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The tapir is a strange looking animal, either brown, or black and white, hoofed animal with many similarities to the rhinoceros. Though not as big as the rhino, it is still quite large.
The skin is hairy and very thick, and the tail is short. Of the four living species, Tapirus indicus, the largest, is Malayan. The rest occur (far away) in Central and South America. These are black when adult although the young are striped yellow and white.
Tapirs form the family, Tapiridae, which belongs with the Rhinocerotidae (rhinos) in the suborder Tapiroidea.
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The chief external differences with rhinos are the absence of horns, the elongation of the snout into a short proboscis, the long neck, the absence of skin folds, and the presence of at least a sparse covering of hair.
Tapirs live in wet tropical forests, near a good supply of water and spend much of their time swimming, splashing about in the water and wallowing in mud like a rhinoceros.
They are are said to be shy, living alone or in pairs. They are seldom seen, as they usually shelter in the forests by day, coming out at night to feed. They are agile and can run when necessary. Tapirs drink a lot and eat aquatic vegetation as well as leaves, twigs and fruit. The tapir has very keen powers of hearing and scent. When disturbed they rush into the water, being able to swim well, or take cover in dense bush.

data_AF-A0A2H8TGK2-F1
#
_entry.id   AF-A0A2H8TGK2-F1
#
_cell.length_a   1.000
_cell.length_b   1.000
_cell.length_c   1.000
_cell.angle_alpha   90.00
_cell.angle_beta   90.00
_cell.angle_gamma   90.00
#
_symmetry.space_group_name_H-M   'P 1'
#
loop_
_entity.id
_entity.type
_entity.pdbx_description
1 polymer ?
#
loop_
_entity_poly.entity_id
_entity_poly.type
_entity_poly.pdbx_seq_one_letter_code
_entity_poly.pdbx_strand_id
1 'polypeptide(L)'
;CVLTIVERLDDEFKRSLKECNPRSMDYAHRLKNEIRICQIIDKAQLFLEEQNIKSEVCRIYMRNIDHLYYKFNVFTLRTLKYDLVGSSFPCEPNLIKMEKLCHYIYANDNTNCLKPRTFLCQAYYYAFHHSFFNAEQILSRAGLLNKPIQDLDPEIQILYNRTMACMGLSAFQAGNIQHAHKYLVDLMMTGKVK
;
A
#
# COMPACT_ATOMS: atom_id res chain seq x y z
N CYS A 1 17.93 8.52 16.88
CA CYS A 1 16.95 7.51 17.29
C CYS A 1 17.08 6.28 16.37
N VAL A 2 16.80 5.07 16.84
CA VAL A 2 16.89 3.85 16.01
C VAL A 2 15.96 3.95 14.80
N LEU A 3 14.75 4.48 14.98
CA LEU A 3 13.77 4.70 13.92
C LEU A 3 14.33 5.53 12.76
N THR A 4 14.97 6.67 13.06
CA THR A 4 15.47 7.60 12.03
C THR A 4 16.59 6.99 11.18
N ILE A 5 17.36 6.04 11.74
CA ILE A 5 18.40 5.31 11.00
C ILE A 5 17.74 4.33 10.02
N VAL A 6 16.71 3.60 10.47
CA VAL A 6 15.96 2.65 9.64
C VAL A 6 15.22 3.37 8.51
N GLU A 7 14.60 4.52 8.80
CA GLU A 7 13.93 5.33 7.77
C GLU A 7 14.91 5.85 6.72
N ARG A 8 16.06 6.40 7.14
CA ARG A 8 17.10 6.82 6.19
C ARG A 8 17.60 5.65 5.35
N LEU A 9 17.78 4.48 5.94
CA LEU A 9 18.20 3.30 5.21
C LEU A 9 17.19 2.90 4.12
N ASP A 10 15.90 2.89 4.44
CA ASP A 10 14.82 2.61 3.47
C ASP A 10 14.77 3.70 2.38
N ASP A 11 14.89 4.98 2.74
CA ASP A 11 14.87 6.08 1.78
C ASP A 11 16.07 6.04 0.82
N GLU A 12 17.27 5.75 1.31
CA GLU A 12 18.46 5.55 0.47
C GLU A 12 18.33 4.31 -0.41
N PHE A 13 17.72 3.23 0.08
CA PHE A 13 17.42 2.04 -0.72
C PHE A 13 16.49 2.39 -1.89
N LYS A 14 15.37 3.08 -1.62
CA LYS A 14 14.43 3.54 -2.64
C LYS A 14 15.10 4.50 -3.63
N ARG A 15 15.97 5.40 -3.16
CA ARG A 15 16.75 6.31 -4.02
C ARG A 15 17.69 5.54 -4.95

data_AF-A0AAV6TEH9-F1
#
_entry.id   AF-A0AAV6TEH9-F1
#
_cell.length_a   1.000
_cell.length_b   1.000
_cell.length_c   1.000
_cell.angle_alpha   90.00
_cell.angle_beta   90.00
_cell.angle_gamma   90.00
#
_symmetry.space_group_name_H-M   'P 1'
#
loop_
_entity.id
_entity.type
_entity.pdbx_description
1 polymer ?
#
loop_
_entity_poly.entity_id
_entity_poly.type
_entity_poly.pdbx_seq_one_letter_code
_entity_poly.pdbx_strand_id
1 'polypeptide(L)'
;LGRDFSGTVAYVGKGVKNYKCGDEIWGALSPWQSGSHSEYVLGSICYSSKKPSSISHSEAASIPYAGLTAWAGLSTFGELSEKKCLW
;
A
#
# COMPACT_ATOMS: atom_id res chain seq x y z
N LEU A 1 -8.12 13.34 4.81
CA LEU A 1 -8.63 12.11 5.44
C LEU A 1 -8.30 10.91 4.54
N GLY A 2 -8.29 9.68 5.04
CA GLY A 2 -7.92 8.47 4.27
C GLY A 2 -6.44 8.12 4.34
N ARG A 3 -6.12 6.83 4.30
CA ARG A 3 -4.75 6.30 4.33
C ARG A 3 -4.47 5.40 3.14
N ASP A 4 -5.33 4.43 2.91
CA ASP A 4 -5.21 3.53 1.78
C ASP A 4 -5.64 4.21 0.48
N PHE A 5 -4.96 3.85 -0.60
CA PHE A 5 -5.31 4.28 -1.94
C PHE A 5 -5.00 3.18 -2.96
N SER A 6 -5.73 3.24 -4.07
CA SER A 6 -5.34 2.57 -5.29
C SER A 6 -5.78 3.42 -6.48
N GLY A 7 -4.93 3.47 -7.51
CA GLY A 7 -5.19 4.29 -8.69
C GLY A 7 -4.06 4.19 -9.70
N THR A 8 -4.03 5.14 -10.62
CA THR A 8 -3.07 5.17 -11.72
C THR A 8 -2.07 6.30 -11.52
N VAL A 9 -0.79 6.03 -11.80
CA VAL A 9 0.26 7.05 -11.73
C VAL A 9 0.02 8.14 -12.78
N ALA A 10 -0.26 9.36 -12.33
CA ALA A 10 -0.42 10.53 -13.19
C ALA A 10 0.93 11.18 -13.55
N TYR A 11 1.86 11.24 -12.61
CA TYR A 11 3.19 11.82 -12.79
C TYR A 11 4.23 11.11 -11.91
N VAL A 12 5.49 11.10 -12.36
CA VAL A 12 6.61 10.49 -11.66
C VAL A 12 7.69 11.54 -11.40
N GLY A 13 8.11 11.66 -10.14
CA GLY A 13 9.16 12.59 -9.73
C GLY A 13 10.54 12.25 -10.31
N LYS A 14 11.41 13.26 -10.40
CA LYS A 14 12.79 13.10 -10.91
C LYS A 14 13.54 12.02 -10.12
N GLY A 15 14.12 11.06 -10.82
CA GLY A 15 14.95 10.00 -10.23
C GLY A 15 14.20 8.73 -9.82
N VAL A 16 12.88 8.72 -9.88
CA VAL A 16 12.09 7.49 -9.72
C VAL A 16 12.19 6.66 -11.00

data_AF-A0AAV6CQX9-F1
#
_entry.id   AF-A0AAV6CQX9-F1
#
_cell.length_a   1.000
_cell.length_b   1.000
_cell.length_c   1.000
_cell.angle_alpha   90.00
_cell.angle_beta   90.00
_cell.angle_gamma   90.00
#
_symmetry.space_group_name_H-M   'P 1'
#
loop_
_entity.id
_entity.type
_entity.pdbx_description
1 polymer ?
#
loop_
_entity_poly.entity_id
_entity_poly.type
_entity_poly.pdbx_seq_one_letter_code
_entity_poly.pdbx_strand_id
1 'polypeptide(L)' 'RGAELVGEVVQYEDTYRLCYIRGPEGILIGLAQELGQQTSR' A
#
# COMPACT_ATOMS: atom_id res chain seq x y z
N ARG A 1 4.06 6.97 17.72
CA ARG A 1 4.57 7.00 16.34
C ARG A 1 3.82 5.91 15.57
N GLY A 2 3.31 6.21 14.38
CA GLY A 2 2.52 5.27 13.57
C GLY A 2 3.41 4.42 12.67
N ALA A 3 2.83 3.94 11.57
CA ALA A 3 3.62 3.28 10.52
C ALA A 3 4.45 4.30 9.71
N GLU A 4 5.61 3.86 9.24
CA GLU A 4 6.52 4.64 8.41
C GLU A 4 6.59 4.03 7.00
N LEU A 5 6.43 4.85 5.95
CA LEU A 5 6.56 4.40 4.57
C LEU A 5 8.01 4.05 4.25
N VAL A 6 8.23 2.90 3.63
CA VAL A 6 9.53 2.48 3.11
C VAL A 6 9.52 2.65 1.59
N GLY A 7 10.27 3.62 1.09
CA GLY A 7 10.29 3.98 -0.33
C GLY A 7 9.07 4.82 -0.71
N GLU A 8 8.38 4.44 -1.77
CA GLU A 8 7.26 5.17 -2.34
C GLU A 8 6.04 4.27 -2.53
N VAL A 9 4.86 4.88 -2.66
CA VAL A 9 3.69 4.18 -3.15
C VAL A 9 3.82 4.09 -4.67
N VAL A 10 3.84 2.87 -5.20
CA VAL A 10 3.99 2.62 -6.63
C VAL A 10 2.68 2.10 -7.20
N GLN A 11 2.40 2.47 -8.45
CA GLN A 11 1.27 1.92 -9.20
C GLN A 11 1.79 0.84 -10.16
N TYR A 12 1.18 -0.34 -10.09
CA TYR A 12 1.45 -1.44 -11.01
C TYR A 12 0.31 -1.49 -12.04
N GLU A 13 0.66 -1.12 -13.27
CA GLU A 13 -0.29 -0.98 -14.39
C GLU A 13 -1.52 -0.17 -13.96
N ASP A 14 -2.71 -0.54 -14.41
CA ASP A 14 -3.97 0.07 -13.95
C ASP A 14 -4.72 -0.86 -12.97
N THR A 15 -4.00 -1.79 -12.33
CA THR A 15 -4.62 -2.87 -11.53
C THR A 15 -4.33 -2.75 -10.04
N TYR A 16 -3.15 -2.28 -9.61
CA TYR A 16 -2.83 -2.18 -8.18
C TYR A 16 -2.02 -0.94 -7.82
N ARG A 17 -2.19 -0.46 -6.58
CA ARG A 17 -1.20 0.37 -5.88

In all tapirs breeding takes place at any time of the year. After a gestation period of about 13 months they bear one young or, on the rare occasion, two.
Young tapirs of all species are dark and distinctively patterned with yellow and white longitudinal stripes and spots on the body and legs. A natural camouflage that allows them to blend into the forest while they are still young and vulnerable.
The pattern usually disappears in 6 to 8 months.
Zoo celebrates birth of very rare Tapir
A closer look at each individual species
Cleveland Metroparks Zoo - Malayan Tapir
Fellow Lensmaster Julianne Gentile took these photos at the Cleveland Metroparks Zoo and gave me permission to share them on this lens.
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Tapirs are virtually defenceless except for their rather thick skins; undoubtedly their shy nature has preserved them, together with their lack of worthwhile 'trophies'.
Mark 27th of April in your calendar as World Tapir Day and spread the word about these unusual and unique animals.
Rare Tapir Stuff - It's hard to find Tapir merchandise!
Ever seen one? Where? How much do you love 'em?